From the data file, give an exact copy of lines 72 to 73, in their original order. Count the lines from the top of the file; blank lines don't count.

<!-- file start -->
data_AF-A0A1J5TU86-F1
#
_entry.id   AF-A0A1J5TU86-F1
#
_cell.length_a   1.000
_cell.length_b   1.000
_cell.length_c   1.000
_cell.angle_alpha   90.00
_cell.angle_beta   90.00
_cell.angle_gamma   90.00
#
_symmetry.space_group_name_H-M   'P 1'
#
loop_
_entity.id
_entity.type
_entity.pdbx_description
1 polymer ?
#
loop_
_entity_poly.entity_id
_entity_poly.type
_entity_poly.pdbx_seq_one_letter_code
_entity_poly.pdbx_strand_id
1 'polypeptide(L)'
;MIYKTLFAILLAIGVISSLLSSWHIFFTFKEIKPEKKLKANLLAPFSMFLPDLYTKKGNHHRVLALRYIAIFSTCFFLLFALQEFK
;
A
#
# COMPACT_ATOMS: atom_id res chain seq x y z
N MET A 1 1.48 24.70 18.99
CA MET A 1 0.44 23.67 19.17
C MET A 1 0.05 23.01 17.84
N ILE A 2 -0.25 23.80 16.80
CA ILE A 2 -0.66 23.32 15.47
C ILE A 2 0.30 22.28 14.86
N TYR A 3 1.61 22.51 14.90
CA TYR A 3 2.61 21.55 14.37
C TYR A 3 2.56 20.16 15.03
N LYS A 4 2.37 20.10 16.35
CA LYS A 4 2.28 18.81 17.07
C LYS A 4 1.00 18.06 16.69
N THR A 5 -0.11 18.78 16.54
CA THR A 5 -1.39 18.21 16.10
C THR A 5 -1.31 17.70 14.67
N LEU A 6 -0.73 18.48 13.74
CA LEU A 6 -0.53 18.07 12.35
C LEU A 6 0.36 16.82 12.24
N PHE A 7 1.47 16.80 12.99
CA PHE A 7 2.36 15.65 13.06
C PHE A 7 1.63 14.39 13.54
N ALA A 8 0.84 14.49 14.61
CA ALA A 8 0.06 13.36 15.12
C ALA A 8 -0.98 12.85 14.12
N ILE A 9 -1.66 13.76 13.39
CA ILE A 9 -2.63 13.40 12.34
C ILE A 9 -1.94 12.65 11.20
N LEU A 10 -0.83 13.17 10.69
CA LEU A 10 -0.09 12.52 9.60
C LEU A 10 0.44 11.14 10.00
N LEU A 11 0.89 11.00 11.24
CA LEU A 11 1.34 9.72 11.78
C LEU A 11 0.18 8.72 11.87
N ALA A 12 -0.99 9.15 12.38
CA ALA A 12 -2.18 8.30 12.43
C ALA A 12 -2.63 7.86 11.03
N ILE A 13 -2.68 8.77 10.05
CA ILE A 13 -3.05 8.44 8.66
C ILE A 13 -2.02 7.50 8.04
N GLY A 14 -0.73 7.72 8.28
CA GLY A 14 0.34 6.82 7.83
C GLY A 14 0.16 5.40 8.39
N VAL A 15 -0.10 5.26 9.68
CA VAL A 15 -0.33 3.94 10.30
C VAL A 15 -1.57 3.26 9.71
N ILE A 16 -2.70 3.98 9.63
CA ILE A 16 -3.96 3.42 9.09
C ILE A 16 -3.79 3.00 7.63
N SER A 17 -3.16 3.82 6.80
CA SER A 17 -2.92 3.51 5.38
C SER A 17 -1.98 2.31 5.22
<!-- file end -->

C GLY A 14 0.16 5.40 8.39
N VAL A 15 -0.10 5.26 9.68